In the middle of a world in which there is endless arguing about good and bad, the unity of life and teaching is the only light that can clearly show us a direction. Good cannot be achieved by evil means. With violence, if it is used politically wisely, one can curb other violence to a certain extent. With legal violence one can limit illegal violence, which is the task of politics. In this way alone, however, there can be no lasting peace or genuine justice. Only the way of Jesus shows how evil can be conquered at the root.


What does this mean for our everyday life? Most of the time we are not directly confronted with overt violence there. In a more subtle way, however, it begins in the everyday world, as a word of Jesus clearly suggests: "You have heard that it was said to the ancients: You shall not kill; ... But I say to you: Everyone who is his brother even if he is angry, he is said to have succumbed to judgment "(Mt 5: 21f.) The angry man suffers a similar fate as the murderer. With this, Jesus reveals that killing is preceded by much that belongs to the world of evil: anger and judgment. "Do not judge so that you will not be judged! For as you judge, you will be judged" (Mt 7: 1f), continues Jesus, and he asks challengingly: "Why do you see the splinter in your brother's eye, but that Don't you notice bars in your eye? " (Mt 7: 1-3)


Violence makes you blind, and judging makes you blind to your own mistakes. We see negative things too clearly in others, but we hardly discover them in ourselves. The real evil is usually not where we think we can see it directly. It goes deeper - in the distortion of perception. With regard to evil, our eyes are like lenses that discolor, they make others appear black and ourselves appear white. This deception mechanism is the real problem. He makes it so difficult to overcome evil. It has the effect that, in the fight against evil, we keep creating evil ourselves. So do we have to turn the tables and accuse ourselves? Again, caution is advised. An ordinary flipping of the charge does not get you anywhere. It only has the effect that we see superficial defects in us clearly and thus cover up deeper boils again. We then see the splinters stuck in our skin and overlook the bar in our heart.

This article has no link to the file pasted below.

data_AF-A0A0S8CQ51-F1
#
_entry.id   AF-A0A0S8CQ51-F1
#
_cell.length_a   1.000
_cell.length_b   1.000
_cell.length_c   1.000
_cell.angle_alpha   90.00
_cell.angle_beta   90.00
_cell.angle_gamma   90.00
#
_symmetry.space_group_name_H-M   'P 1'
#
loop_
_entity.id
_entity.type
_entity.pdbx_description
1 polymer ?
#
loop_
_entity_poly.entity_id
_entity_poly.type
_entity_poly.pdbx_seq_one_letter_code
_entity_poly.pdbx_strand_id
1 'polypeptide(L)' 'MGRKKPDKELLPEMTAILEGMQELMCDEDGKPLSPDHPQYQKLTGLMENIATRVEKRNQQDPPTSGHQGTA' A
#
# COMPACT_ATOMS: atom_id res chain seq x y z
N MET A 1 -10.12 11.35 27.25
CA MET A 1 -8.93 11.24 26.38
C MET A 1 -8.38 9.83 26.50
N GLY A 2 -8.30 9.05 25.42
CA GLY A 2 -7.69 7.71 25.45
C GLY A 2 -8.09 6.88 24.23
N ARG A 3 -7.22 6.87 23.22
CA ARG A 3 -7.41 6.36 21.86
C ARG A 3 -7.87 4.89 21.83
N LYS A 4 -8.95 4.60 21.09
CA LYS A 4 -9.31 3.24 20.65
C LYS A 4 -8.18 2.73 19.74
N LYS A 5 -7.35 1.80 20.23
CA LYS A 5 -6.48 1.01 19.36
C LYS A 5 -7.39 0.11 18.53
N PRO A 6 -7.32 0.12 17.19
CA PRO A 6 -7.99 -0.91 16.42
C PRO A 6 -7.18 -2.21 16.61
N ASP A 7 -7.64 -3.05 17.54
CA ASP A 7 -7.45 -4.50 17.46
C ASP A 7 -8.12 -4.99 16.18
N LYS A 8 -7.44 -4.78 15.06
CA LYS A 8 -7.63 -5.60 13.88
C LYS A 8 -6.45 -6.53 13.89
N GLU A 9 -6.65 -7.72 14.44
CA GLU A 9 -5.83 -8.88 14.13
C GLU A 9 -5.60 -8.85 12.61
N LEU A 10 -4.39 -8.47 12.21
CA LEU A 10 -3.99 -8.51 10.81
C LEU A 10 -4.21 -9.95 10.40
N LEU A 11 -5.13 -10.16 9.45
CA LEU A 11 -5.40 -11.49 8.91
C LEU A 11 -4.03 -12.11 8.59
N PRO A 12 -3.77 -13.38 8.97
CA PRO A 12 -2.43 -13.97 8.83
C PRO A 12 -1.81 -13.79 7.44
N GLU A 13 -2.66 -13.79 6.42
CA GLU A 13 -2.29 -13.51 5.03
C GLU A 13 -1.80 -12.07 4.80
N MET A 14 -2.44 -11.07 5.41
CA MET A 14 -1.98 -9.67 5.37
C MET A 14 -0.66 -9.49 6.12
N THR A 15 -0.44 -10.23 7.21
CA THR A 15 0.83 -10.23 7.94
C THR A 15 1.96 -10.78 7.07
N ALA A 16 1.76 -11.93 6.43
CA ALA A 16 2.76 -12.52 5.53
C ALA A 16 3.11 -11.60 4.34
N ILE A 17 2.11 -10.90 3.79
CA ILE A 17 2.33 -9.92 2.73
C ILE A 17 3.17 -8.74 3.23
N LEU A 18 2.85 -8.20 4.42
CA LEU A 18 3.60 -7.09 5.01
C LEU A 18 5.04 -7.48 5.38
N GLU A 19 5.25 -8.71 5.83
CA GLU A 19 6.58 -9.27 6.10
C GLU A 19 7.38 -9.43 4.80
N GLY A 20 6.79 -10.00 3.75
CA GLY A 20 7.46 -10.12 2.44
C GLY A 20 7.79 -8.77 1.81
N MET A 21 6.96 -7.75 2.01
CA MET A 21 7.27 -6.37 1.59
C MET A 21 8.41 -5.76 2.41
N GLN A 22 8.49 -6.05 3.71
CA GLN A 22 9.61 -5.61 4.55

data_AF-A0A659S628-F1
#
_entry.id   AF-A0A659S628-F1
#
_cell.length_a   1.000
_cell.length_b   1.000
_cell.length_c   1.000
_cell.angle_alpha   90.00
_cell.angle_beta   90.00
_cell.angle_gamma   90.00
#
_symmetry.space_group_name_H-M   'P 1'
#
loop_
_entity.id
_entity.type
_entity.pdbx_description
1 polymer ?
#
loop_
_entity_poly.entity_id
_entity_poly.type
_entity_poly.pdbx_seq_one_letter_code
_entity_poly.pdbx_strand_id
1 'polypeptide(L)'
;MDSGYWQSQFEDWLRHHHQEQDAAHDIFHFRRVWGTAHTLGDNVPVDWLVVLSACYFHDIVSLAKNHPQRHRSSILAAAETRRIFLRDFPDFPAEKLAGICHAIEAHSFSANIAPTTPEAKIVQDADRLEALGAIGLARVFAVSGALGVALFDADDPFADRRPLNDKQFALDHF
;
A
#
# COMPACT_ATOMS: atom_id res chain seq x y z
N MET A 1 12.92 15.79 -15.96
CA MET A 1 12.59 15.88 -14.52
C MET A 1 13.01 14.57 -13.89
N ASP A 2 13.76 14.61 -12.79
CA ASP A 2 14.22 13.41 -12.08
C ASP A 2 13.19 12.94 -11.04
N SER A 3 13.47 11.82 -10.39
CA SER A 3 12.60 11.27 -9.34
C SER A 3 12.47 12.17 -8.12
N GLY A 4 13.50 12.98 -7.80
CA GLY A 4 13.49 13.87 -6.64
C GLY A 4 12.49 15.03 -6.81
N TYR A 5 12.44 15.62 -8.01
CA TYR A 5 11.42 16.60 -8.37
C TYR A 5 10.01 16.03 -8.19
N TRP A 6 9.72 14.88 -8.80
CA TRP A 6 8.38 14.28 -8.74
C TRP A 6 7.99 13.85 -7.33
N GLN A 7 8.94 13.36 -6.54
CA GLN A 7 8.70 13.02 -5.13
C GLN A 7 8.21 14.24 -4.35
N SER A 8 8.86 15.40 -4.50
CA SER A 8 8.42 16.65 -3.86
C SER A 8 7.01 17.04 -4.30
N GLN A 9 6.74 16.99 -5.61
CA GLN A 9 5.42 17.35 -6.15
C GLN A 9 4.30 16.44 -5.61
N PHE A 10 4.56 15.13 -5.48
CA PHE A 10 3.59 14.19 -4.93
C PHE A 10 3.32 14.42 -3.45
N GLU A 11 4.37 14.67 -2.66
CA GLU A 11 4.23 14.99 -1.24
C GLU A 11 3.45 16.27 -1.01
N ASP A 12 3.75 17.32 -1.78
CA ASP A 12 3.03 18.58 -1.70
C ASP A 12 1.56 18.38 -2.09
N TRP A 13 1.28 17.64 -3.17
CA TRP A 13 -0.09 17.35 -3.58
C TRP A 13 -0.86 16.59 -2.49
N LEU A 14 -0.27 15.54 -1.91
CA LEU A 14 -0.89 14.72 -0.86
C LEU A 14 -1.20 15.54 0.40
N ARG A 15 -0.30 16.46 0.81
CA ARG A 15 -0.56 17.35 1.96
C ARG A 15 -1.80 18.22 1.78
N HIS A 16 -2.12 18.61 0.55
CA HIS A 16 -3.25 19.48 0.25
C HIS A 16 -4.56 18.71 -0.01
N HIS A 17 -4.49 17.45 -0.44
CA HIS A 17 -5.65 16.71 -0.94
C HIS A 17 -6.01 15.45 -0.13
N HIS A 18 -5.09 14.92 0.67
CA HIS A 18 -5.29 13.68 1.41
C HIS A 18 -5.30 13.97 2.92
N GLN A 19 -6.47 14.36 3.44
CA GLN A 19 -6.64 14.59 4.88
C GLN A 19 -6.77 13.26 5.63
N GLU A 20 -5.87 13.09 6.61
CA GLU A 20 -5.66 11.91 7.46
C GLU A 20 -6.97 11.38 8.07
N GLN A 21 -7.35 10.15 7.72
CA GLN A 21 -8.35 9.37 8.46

There is something in us that makes us deeply insecure - a fear that we want to cover up and that distorts our eyes. Because of this, we can never overcome evil on our own. Only where we meet a love that accepts us despite our darkness can the stranglehold of insecurity and fear slowly loosen. Only there are we able to see more correctly step by step. The love of Jesus who gave himself up for his violent enemies is such a love. Wherever it reaches us, we become freer. But again: it is not our feeling of love. This would just be a new subtle form of how we cling to ourselves and obscure the dark in us. It is not our feeling of love that sets us free, but the love of another, the love of the heart of Jesus. On our part, belief is decisive, the belief that this other, strange love exists and that it wants to reach us.


In view of one's own insecurity and fear, in view of the routine, harshness and coldness that we often encounter in everyday life, and in view of the injustice and violence in the wide world, it is often not easy to believe in the power of love. We want to experience it emotionally, grasp and feel it intensely, and if this does not happen, we easily fall back on ourselves. The power of Christ's love, however, is not an external power, it is the power of the crucified who was himself destroyed by violence on the outside, but defeated it internally with his own faith.


How can we strengthen this belief? We are gathered today for the Eucharist in which we remember the death and resurrection of Jesus. In this commemoration, the belief in that love, which is inwardly stronger than violent death, is addressed and awakened anew. - By coming together we also mutually strengthen our faith. Everyone becomes a help to the other.


If the big political world is preparing a 'war on terror', if it tries to curb terrorist violence and with legal violence, then it is our task as Christians to set another movement in motion - a mutual encouragement to believe in love . A love that is only emotional and romantic does not stand up to violence and injustice. However, the love of the crucified one has proven that it is stronger than death. Mutual encouragement to believe in this love is the Christian response to terror.